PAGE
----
Paradise is the place of poets and artists. Paradise is the place that is at once lost and found. It is the Tahiti of a Gauguin painting.
The sensuous kiss.
Forest Landscape II
It is the verdant swaying trees in a painting by Emily Carr. It is Eden with its tree of life. The island surrounded by the rhythmic sea. It is an afternoon nap full of singing cicadas.
Paradise is so present, so here and now. It is worldly and physical. No one rules it-it just is. At the same time it is mystical, magical an otherworldly place. When we cannot find it, we can imagine it. We can use our lived experiences to create paradise. We can fantasize and dream.
Thomas Moore in his book “The Soul of Sex” talks about the sexual gaze in terms of fantasizing and dreaming. The sexual gaze he says, is numinous and he challenges us “to look penetratingly and amply for a perception of the world that lies within and beyond the obvious.” He goes on to say, “Through the body we are seeing something of the soul and therefore the mystery of life itself.” Finally, he sums up sex as “the very base of our identity and at the core of our need to escape loneliness and discover joy.”
We gaze into the garden of delights and find joy! The Garden of Eden found in Genesis 2 and the Song of Songs gives us a peek into the lushness of Paradise as seen through the eyes of love. Eugene Peterson in his introduction to the Song of Songs tells us “We read Genesis and learn that this is the created pattern of joy and mutuality. We read the Song and see the goal and ideal toward which we all press for fulfillment.” The song “is a prism in which all the love of God in all the world, and all the responses of those who love and whom God loves, gathers and then separates into individual colors.”
The Song of Songs speaks to us of the bliss we feel as young lovers joining in a lasting bond. The delight each takes in the other is pure. However, they are not alone; they live in a community as a couple and as individuals and celebrate their love with others.
“Wake up, North Wind, get moving South Wind! Breathe on my garden, fill the air with spice fragrance. Oh, let my lover enter his garden! Yes, let him eat the fine ripe fruits.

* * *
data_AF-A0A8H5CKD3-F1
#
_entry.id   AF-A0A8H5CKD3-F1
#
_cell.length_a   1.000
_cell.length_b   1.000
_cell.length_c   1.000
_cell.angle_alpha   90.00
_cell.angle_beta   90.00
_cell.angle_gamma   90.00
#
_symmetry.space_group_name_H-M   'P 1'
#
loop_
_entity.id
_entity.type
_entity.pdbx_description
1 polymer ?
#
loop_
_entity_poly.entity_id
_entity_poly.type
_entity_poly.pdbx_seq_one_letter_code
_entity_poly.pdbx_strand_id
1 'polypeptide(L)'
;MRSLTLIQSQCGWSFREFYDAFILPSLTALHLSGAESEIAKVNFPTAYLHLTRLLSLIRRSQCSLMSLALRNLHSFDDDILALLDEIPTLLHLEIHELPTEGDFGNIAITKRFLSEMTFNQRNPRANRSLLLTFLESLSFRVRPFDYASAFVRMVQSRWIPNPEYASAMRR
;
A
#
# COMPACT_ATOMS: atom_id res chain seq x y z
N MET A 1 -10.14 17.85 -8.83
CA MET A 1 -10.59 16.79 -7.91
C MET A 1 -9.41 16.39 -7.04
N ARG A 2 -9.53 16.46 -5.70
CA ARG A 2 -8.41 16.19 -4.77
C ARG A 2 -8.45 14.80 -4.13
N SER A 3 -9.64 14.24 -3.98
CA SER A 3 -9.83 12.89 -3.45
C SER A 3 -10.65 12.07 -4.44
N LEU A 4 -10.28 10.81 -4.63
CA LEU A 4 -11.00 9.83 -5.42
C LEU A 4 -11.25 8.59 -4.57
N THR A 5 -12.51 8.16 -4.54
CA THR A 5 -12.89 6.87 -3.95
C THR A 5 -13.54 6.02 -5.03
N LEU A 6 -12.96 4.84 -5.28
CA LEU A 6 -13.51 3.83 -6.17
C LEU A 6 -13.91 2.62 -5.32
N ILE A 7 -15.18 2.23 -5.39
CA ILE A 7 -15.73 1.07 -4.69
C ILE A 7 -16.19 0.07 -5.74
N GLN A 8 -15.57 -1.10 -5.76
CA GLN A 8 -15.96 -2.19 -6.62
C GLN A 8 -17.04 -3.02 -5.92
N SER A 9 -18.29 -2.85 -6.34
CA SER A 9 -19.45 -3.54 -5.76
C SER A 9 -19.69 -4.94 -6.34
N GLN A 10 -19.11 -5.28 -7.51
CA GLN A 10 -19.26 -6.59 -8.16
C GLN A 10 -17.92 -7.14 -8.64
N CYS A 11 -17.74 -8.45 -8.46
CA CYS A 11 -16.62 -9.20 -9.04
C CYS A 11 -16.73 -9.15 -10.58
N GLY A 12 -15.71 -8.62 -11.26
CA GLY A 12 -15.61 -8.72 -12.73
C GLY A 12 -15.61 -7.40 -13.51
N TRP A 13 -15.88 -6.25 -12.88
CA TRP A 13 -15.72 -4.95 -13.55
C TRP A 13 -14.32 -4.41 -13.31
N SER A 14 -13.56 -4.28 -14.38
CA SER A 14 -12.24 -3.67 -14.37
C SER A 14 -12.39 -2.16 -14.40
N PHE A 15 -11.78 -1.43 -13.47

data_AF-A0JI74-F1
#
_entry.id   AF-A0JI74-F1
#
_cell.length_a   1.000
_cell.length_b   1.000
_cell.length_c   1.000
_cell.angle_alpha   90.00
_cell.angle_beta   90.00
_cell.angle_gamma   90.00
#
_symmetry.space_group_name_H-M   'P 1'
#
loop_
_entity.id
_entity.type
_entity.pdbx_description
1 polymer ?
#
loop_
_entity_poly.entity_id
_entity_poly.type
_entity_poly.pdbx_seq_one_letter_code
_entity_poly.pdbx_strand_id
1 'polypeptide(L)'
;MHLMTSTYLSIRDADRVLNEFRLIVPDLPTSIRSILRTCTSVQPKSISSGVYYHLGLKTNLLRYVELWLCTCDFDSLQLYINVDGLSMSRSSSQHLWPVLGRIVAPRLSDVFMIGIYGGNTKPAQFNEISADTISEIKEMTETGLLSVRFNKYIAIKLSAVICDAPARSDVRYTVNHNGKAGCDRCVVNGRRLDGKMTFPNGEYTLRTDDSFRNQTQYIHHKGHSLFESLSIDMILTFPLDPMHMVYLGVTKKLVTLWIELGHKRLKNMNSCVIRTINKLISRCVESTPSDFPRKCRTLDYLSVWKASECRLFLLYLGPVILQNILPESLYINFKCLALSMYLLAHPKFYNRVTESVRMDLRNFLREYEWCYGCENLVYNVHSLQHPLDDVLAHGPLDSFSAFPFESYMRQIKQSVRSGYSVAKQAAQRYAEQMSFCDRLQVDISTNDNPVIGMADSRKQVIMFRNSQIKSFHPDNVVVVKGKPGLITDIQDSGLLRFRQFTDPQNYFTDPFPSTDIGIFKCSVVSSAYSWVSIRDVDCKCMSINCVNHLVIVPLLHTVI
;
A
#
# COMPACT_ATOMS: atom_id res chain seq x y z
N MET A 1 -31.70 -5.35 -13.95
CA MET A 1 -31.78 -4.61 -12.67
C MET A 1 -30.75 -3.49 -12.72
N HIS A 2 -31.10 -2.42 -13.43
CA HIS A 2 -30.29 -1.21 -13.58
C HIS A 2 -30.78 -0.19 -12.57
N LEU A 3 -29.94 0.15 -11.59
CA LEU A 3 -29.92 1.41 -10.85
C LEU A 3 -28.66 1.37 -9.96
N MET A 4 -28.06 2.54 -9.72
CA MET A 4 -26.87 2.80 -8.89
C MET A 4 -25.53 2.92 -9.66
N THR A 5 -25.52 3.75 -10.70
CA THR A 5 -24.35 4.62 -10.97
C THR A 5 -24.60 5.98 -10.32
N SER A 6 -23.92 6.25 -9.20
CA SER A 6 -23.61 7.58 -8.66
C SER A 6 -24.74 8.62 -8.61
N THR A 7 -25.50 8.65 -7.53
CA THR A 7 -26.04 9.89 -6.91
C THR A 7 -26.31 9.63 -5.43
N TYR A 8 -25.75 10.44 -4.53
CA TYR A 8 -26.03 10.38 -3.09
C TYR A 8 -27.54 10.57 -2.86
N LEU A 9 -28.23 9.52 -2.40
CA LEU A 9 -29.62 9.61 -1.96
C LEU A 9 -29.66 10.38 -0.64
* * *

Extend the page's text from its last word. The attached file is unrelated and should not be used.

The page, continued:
The other replies,
“I went to my garden, dear friend, best lover! Breathed the sweet fragrance. I ate the fruit and honey, I drank the nectar and wine. Celebrate with me, friends! Raise your glasses – “To life! To love!”
This song is the description of Paradise that I would give to any couple about to be married.
“Sex serves the spiritual life by taking us away from the purely temporal plane for a momentary taste of eternity” Sex permits us the freedom to be ourselves or to experiment being who we want to be. It unites us with our partner in a whirling spinning dance. The culmination of this dance may lead to orgasm with its flashing sparks of white light bursting from our center like the sparks of creation, which then subsides, into a floating world of sound, touch and smell. Our sense of time flattens, concerns and preoccupations dissolve and we find ourselves in a land of bliss; an Eden of innocence, if only for a moment.
We yearn for these moments because they are rare. These undefined glimpses of a reality that have no beginning, no end. They open us up to new possibilities. These desires seep into our everyday lives. They can emerge in healthy creative loving life ways or unhealthy destructive teardown life ways.
Tahitian Women Bathing
The humorous story “Growing Wild” pokes fun at our sexual desires from the perspective of time. It is a story of a man who proud of his body, buries all but his penis in the sand at the beach, in order to have “the perfect tan”. Two “old ladies” strolling down the beach come upon the exposed penis. One “old lady” claims, “There is no justice in the world!” “What do you mean?” asks the other.” The first says, “Look at that..When I was 20-I was curious about it. When I was 30-I enjoyed it. When I was 40-I asked for it. When I was 50-I paid for it. When I was 60-I prayed for it. When I was 70- I forgot about it. And now that I’m 80, the damn things are growing wild, and I’m too old to squat.” The ability to make fun and make light of your life is a gift that opens doors to new worlds. The story is rich in meaning addressing not only the stages we go through in life but offers a way to heal when you come to the end of your life and ones dreams may be unattained. Humor aids us as we let go of the things that trouble us.
All this and more propel us into another realm.
A realm of sensuous swaying rhythm, humor and joy that radiate paradise into eternity…
 Moore, Thomas. The Soul of Sex. (New York: Harper Perennial, 1998), 93.
 Peterson, Eugene H. “Song of Songs.” In The Message: The Wisdom Books, by Eugene H. Peterson, 375-390. (Colorado Springs: Navpress, 1996). 376.
 Song of Songs 4:16 – 5:1 (Peterson 1996)
 Moore, Thomas. The Soul of Sex. (New York: Harper Perennial, 1998), 143.
 Mimeograph, Public domain. “Growing Wild.” In Honey,Hush! An Anthology of African American Women’s Humor, by Daryl Cumber Dance, 129. (New York: W.W.Norton and Company, 1998), 129.
Paul Gauguin, Apatarao, Painting, 1893 (Erich Lessing/ART RESOURCE, N.Y.)
Emily Carr, Forest Landscape II, Oil on Paper, 1939. (University of California, San Diego)
Amedeo Modigiliani, Reclining Nude, Oil on Canvas, (The Metropolitan Museum of Art)
Omegacen Polleri, Nasa Images
Paul Gauguin, Tahitian Women Bathing, Oil on Canvas, 1892 (The Metropolitan Museum of Art)